Attendees at the Medical Humanities networking event

Medical Humanities Postgraduate Networking Event

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On one of the hottest days this year, around 25 postgraduate students met for the PGR Medical Humanities Networking Event. Just off the West Quadrangle of the Main Building and in earshot of the chinking glasses of graduating students and their families, we heard from a wide range of projects and ideas that intersect with the medical humanities, from Latin medical recipe books to neurodiverse theatre projects and everything in between.

The event was organised by three of us – Sarah Spence, Charlotte Orr and Joe Wood – who are all PhD candidates in the School of Critical Studies. In Spring 2018, we set up the Glasgow Medical Humanities Early Career Discussion Group which meets monthly to discuss medical humanities issues and texts. We realised that we were all approaching this slightly amorphous field of study (if it can even be called a field of study at all) from a literary perspective and so wanted to widen the demographic of our group.

Building a multidisciplinary network

Sign on a door for the Medical Humanities Postgraduate Networking EventThose working in the medical humanities come from all kinds of disciplines and, often bring with them very different ideas of what ‘doing’ medical humanities might be. We wanted to run an afternoon’s event that enabled those postgraduate and early career scholars from across the university who are working within the medical humanities to showcase their research and create fruitful connections with other interested scholars.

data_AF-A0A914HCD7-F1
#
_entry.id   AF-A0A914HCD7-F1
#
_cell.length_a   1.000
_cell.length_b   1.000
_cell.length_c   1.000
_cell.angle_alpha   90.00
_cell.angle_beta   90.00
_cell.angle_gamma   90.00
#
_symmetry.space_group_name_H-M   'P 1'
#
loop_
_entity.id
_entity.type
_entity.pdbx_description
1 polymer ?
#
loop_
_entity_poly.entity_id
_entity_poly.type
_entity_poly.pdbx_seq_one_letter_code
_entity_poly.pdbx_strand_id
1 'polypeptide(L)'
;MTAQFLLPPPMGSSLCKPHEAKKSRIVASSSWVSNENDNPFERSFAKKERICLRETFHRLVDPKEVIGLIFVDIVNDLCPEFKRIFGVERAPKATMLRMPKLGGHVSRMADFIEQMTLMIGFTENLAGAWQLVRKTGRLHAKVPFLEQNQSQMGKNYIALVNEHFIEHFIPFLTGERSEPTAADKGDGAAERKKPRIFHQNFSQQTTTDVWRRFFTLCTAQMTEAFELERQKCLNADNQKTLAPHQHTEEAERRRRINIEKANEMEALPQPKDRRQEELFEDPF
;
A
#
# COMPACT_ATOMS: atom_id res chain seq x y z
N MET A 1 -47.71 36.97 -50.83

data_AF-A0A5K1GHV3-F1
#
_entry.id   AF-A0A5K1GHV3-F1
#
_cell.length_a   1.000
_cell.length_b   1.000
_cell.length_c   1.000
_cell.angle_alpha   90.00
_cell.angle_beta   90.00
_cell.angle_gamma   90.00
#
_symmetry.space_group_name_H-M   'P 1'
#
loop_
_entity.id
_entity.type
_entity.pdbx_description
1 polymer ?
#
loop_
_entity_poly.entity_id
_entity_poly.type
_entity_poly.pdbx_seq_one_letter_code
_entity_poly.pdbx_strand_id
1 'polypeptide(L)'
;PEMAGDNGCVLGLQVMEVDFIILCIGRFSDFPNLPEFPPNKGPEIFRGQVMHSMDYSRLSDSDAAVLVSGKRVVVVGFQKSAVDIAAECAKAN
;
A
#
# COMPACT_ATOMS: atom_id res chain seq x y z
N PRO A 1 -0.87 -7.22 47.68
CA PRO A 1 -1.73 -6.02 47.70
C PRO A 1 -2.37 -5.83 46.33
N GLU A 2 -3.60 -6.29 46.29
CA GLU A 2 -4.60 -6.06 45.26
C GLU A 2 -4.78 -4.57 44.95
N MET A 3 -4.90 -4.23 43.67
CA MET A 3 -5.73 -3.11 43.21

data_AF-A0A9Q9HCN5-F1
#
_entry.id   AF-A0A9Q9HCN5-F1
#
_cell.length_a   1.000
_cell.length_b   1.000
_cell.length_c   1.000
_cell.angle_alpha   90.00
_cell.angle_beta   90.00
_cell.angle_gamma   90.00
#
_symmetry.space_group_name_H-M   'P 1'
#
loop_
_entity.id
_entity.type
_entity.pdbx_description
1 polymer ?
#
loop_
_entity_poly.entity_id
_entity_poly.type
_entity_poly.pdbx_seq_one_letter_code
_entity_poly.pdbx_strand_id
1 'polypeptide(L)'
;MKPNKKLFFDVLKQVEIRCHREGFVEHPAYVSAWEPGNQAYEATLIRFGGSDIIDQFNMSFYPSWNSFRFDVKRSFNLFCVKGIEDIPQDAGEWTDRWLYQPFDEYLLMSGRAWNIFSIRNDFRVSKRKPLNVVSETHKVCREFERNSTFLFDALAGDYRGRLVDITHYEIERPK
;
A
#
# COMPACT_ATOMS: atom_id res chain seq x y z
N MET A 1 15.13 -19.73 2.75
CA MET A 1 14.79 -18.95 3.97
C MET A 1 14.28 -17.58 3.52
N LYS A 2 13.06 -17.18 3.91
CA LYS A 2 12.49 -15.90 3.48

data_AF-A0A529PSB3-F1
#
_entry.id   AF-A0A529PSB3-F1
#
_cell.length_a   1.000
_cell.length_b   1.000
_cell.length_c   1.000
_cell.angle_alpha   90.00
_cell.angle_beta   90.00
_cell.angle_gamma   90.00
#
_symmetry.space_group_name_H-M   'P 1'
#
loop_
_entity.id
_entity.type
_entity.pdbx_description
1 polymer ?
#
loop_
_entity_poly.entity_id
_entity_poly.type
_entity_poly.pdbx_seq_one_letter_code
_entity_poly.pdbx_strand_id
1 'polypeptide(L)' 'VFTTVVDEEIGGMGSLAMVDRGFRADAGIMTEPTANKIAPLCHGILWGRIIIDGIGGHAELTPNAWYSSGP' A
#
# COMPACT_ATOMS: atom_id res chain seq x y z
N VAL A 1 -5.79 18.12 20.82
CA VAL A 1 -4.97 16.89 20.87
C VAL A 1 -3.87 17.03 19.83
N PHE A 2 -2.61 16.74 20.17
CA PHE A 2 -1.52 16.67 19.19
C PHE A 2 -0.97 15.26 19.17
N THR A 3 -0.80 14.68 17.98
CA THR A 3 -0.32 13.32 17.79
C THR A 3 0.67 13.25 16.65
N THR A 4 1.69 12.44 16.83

Our aim was to create a Glasgow peer network that allowed PGR students who already identify as medical humanists to come together, but we were also interested in welcoming those whose work engages more broadly with issues of health and wellbeing from a humanities perspective.

Modelled on Three Minute Thesis and Pecha Kucha talks (although a lot more relaxed!), we gave everyone the opportunity to take three minutes to explain their current research interests by talking to a maximum of three slides. Non-speakers were also welcome to attend.

In the end we had around 25 attendees, including 15 speakers, from across the College of Arts working in areas including literature, theology, creative writing, geography, history, modern foreign languages and theatre studies to name just a few. We also attracted attendees from other colleges including those from social sciences and medicine who were keen to make more connections within the College of Arts.

Post Author: Joe Wood

Joe Wood is a PhD candidate in the School of Critical Studies. His research interests include End of Life Studies. He is a member of the Medical Humanities Network at the University of Glasgow.

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